More about the Book
In 2015, a few years before the COVID-19 pandemic brings the world to its knees, 36-year-old Chicago resident David King finds himself at a personal and professional crossroads. While pursuing his dream of writing, he works a full-time day job generating clients’ corporate training materials. Single and childless, he feels bored and restless, but with a strong impulse for exploration and adventure. He longs to strike out on a crazy journey, searching not only for beauty and kindness, but also for inspiration and clarity about where his life should go from here.
About 15 years ago, I started getting into riding my bicycle these long distances. I really enjoyed the sense of freedom it gave, not to mention the exercise. When a three-day weekend came around, I’d hop on a bus or train and then bike from one big city to another, always loving learning how people off the beaten path lived. One day in 2015, after I had done all these regional rides around the country, I was at work when I thought: Hey — wouldn’t it be crazy to bike across the whole country? That’s ludicrous! But wait… maybe it’s not.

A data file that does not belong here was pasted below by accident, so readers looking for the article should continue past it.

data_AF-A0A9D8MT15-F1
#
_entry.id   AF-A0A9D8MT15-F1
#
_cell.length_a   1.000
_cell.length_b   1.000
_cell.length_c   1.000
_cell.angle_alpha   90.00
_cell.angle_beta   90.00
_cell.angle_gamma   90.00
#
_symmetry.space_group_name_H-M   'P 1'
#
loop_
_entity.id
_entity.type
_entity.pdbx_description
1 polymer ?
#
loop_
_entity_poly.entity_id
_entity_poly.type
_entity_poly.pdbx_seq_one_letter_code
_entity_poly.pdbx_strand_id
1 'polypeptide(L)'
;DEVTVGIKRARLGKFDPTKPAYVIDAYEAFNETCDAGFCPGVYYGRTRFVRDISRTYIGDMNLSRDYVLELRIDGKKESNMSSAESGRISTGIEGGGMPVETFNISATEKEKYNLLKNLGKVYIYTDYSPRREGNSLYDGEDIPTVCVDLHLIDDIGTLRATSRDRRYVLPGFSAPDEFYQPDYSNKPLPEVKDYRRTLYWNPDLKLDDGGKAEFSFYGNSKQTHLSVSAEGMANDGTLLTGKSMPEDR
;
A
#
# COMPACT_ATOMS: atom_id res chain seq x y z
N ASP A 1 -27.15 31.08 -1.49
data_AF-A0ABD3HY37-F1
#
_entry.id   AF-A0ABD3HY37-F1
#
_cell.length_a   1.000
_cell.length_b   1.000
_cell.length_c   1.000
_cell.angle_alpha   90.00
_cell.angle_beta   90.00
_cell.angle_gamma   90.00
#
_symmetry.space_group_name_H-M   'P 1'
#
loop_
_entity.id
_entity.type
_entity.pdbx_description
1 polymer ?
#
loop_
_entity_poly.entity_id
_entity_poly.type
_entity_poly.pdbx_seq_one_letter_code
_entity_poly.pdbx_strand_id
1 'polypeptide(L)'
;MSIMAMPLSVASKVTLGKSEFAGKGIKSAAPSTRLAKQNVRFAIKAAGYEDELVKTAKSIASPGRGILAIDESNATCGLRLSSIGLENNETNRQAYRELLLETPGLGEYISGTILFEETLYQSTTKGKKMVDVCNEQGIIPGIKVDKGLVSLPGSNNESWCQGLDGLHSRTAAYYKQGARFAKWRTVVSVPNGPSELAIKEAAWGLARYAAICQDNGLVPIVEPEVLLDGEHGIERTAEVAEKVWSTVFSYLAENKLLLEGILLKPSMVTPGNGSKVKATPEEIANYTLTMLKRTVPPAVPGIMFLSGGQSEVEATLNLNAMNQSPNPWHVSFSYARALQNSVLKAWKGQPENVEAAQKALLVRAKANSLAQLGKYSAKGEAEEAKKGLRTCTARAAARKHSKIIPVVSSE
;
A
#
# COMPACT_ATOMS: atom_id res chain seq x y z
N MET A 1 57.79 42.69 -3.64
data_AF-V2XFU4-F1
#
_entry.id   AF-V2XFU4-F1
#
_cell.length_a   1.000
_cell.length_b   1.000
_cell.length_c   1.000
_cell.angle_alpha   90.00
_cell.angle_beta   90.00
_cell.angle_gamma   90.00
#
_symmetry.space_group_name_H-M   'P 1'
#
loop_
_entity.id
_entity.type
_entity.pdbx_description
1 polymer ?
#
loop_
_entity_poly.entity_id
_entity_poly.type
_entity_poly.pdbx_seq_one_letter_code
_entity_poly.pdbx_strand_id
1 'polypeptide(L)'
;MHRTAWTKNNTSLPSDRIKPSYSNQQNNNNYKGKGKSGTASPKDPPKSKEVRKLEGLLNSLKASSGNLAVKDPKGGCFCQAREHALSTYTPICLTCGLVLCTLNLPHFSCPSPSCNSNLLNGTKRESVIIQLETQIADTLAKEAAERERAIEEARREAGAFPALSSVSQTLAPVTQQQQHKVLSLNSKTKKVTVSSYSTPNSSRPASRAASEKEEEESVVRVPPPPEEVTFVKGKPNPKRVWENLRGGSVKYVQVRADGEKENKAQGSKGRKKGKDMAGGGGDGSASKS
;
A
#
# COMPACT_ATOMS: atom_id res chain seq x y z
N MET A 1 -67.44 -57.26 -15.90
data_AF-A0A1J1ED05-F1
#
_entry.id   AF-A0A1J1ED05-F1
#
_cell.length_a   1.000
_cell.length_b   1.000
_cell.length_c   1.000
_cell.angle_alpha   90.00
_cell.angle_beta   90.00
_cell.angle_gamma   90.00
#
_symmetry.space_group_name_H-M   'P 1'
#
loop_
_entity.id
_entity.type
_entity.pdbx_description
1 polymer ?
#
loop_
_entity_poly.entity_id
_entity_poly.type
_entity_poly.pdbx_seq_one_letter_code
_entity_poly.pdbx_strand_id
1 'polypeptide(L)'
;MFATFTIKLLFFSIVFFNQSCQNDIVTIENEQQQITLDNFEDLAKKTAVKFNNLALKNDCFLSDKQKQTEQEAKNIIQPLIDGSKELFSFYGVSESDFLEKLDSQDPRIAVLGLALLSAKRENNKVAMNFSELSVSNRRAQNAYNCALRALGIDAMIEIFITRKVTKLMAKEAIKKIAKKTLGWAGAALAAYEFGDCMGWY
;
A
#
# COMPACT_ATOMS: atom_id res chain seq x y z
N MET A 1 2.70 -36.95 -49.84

It helped that I was at a time in my life when I felt stuck personally and professionally. I wanted to go out there and truly seek out God, whether in beauty and kindness or in interactions with everyday people. I wanted to remain open to whatever the open road would bring. I had plotted out a route from San Diego to Miami, simply because this was the shortest distance between two major cities on the coasts. In March 2016, having saved up money for almost a year, I left my job and went off to ride about 3600 miles across the country over four months. Along the way, I took lots of notes and pictures and videos, all of which got folded into the book.